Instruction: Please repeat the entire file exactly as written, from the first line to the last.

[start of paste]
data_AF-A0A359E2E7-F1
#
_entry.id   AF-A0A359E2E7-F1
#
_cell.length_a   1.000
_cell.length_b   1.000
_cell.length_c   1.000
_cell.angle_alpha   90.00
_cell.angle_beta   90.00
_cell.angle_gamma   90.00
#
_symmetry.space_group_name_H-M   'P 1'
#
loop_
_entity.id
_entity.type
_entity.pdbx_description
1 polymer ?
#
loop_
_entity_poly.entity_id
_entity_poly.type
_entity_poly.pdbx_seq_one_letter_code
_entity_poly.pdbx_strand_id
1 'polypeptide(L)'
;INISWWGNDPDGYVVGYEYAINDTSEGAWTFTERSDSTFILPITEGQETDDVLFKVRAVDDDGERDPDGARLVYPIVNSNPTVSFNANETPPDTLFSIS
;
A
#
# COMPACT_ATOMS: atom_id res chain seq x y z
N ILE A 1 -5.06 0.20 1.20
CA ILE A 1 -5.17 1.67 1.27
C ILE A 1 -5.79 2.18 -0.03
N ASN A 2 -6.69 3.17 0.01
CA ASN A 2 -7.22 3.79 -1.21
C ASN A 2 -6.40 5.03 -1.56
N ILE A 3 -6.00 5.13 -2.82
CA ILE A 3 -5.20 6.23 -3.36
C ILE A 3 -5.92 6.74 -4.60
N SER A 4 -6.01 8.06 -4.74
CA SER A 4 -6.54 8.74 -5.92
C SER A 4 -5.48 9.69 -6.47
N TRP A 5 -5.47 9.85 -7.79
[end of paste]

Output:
data_AF-A0A359E2E7-F1
#
_entry.id   AF-A0A359E2E7-F1
#
_cell.length_a   1.000
_cell.length_b   1.000
_cell.length_c   1.000
_cell.angle_alpha   90.00
_cell.angle_beta   90.00
_cell.angle_gamma   90.00
#
_symmetry.space_group_name_H-M   'P 1'
#
loop_
_entity.id
_entity.type
_entity.pdbx_description
1 polymer ?
#
loop_
_entity_poly.entity_id
_entity_poly.type
_entity_poly.pdbx_seq_one_letter_code
_entity_poly.pdbx_strand_id
1 'polypeptide(L)'
;INISWWGNDPDGYVVGYEYAINDTSEGAWTFTERSDSTFILPITEGQETDDVLFKVRAVDDDGERDPDGARLVYPIVNSNPTVSFNANETPPDTLFSIS
;
A
#
# COMPACT_ATOMS: atom_id res chain seq x y z
N ILE A 1 -5.06 0.20 1.20
CA ILE A 1 -5.17 1.67 1.27
C ILE A 1 -5.79 2.18 -0.03
N ASN A 2 -6.69 3.17 0.01
CA ASN A 2 -7.22 3.79 -1.21
C ASN A 2 -6.40 5.03 -1.56
N ILE A 3 -6.00 5.13 -2.82
CA ILE A 3 -5.20 6.23 -3.36
C ILE A 3 -5.92 6.74 -4.60
N SER A 4 -6.01 8.06 -4.74
CA SER A 4 -6.54 8.74 -5.92
C SER A 4 -5.48 9.69 -6.47
N TRP A 5 -5.47 9.85 -7.79